Tuesday, October 4, 2011

Games as Data Collection

You can thank Metal Gear Solid 3 for introducing me to Starsailor.

As I was tutoring students for the ACT today and they were working some problems, I had an idea. The idea would be to design games explicitly to collect data on people. You can see how they react in certain situations instead of asking how they would react in certain situations. In addition to testing their reactions to situations, you could also use the games to test things such as persistence.

The question now becomes, "What issues arise with this form of data collection as opposed to a survey?" For starters, it's far more complicated to put together. Secondly, you need to make sure that the game is easily understood and controlled by the players. Point-and-click adventures and text-based RPGs may be the most approachable forms. Third, you need to make sure that the players aren't necessarily concerned about the ending. You don't want people trying to game for the best outcome, you want them to play the game for their natural reaction to the events at hand.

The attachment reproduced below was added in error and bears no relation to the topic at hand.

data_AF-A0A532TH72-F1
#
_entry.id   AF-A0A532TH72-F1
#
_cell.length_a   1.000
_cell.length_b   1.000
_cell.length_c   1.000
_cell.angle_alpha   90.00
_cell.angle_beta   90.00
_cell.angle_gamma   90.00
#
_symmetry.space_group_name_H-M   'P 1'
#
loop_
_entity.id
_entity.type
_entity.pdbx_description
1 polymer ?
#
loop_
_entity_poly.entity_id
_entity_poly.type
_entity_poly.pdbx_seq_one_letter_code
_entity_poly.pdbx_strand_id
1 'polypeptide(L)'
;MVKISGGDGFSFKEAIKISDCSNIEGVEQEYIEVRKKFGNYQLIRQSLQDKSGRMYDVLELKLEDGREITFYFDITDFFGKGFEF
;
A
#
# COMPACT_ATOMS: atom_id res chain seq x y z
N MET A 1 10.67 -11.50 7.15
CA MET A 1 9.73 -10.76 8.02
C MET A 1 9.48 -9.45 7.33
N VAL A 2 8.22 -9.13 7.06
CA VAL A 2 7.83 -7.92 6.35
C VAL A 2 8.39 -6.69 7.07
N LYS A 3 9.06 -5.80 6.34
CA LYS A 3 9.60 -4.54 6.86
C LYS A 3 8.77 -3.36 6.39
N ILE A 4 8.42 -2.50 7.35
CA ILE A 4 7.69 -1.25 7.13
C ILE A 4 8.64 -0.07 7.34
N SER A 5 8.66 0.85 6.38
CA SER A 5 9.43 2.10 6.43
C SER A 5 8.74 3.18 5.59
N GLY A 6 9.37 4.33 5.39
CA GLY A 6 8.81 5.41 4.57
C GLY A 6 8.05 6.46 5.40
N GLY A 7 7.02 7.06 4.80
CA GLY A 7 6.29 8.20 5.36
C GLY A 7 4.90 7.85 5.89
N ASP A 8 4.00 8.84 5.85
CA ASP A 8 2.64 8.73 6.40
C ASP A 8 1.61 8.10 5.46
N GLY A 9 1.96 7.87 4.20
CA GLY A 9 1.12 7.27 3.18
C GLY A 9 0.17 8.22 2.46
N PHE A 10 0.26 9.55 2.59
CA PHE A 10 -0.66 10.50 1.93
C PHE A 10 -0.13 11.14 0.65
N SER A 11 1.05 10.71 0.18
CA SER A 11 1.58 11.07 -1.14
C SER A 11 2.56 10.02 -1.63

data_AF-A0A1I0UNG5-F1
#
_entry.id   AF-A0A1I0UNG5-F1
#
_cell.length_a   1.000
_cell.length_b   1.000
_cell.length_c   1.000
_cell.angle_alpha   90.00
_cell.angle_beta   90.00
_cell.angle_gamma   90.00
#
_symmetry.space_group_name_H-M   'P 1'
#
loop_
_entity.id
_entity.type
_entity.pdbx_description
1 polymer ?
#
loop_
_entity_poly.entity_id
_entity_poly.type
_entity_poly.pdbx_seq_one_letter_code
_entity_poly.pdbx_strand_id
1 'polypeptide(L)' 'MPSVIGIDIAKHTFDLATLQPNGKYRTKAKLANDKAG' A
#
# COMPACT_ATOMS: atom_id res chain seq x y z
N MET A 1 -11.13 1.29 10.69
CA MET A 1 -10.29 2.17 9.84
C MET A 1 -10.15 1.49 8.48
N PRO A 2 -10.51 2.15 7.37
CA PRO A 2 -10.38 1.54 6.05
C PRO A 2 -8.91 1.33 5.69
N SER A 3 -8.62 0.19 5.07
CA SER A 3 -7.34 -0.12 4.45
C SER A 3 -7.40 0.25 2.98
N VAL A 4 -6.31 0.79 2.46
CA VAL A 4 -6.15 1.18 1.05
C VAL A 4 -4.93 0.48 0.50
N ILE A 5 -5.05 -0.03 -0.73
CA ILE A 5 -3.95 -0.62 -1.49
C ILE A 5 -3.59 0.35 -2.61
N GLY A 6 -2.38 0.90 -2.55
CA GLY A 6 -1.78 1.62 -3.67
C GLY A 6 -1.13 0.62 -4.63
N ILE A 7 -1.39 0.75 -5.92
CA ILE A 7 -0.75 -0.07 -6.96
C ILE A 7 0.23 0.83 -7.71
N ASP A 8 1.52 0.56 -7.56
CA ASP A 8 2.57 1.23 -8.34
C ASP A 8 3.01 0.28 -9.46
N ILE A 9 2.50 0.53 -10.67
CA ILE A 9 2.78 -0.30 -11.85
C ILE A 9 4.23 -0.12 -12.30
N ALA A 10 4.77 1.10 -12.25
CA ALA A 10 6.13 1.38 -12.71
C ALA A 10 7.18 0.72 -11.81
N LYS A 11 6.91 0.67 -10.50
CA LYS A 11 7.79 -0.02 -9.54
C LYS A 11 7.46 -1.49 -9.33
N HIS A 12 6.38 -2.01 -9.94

I think it's a very interesting potential field of study and type of research tool to study people. I wouldn't mind pioneering the format, personally. Shame I already have a job and other things to do. Speaking of which, I'm tired, and I'm going to go to sleep. I've had a headache all day and have a full day ahead of me.